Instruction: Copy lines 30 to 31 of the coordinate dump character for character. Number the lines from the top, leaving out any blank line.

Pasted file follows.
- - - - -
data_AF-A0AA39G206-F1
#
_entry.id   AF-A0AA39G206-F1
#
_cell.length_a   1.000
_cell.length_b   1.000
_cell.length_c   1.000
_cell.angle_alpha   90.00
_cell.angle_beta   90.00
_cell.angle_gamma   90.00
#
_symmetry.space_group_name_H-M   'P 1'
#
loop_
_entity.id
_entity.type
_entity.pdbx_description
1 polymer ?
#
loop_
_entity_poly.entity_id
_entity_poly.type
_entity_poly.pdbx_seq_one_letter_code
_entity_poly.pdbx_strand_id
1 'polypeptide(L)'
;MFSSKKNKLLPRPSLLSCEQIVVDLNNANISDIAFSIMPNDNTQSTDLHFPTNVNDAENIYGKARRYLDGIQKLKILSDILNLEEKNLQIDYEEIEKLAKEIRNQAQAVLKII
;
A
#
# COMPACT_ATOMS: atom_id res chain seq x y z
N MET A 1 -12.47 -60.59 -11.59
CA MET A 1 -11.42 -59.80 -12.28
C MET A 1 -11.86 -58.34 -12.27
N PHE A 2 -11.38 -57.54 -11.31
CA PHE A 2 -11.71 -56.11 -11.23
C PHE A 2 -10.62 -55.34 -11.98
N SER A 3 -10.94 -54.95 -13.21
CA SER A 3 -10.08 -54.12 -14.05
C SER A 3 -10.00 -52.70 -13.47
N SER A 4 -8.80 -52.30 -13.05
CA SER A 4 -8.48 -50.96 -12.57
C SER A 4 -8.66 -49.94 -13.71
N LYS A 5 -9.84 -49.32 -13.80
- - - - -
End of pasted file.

# COMPACT_ATOMS: atom_id res chain seq x y z
N MET A 1 -12.47 -60.59 -11.59